There were quite a few bikes in Darwin as it's a favourite starting point for people who ship their bikes from Europe or come overland through Asia. Germans mostly. Also thousands (hundreds) of backpackers. I haven't heard so many English voices since the last time I was in England (and Scottish and Irish). The campsites were well out of town so I stayed in a backpackers place. It was like a zoo but they had good, loud music, which I haven't heard for a while and the cheapest beer I've had in Oz. It's all a ploy of course to catch them, then they become fodder for the tour operators. One night was all I could stand but I had to hang around for some mail as my credit cards are expiring and I gave Darwin G.P.O. as my address. A German on a DR600 Suzi and I went camping up the peninsular N.E. of town for a while then checked again later. Then I went into Kakadu Park for a week and checked again. What hadn't arrived I've arranged to have forwarded to Cairns. Kakadu is sort of "Crocodile Dundee" country. Fabulous waterfalls and gorges but it's the dry season at the moment so they're not so spectacular. There again you can't get to them in the wet season so you don't have much choice really. Fortunately the best parts are well away from paved roads otherwise they'd be inundated with people. Lots of deep sand and rivers to cross to the good bits plus free camping beside the main roads where caravans are not allowed. No generators or "little towns in the countryside". Pretty good. I've met a few people who just went through the park on the main roads and said it was rubbish. Serves them right for not making an effort. Fabulous white sandy beaches at the bottom of giant waterfalls but you have to walk a bit and swim 1/4 mile up the gorge to get here. Yesterday I was crossing a water hole nice and slowly but something got in somewhere and the engine stopped. I don't like wet feet when I've got my boots on but couldn't think of any way of staying upright except by putting my feet down. Didn't fancy a repeat of Malham (when Steve left the handlebar sticking out of the water when he legged it for the bank and then had to wade back anyway and get the bike out - GB). The water was just over the top of the crankcase and after a minute or so it started again. No ill effects so maybe it was just the plug lead or something.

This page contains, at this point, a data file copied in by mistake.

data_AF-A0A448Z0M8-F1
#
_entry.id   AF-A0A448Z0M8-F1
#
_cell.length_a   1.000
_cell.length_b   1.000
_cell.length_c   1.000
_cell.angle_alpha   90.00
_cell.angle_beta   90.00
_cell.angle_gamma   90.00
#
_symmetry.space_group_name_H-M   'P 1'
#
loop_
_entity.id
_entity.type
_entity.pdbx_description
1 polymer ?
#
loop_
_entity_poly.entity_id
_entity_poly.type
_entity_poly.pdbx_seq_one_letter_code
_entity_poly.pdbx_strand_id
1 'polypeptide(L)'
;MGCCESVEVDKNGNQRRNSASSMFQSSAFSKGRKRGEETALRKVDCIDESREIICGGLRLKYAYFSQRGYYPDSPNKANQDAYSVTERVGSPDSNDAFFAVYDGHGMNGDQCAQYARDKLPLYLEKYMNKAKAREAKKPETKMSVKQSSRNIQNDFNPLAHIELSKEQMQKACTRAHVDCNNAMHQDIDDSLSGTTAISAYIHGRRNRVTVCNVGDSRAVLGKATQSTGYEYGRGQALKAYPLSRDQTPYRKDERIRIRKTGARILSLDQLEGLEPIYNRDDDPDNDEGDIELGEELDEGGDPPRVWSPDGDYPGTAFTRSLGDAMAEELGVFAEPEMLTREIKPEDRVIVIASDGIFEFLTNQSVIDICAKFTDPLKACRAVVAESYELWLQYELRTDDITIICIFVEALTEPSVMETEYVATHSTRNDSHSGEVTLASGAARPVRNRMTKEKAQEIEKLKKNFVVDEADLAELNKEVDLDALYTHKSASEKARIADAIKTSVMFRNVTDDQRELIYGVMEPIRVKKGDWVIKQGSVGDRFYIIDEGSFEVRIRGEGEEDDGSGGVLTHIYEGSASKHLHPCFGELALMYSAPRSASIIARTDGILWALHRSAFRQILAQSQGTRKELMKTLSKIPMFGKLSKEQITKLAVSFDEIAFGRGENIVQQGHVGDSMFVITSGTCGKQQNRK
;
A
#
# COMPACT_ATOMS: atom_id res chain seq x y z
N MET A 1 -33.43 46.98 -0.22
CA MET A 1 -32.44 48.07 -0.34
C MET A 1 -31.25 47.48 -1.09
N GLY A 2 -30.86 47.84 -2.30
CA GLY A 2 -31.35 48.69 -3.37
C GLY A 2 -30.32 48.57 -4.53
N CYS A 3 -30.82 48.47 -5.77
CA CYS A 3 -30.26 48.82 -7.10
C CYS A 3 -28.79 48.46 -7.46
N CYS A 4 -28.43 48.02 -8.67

While I'm writing this you're probably at the Stella (Alpina ! - GB) or doing the Safari (week of trail riding after the Stella - GB). I wish I was there maybe in a year or two. I really fancy rolling into Bardonecchia and having a birra grande at the station bar. That's about the lot for now. Drop me a line and let me know what's going on back there but try to send it soon as possible or I may have moved on again.

Steve Cawthorne

This, I think, is the last letter Steve wrote to Paul Mullis. Steve tragically died when he fell off his bike and hit his head, after an Emu collided with him, in late July of 1993. I think you all share with me the joy for his life and the sadness for his death that I have felt whilst typing this out.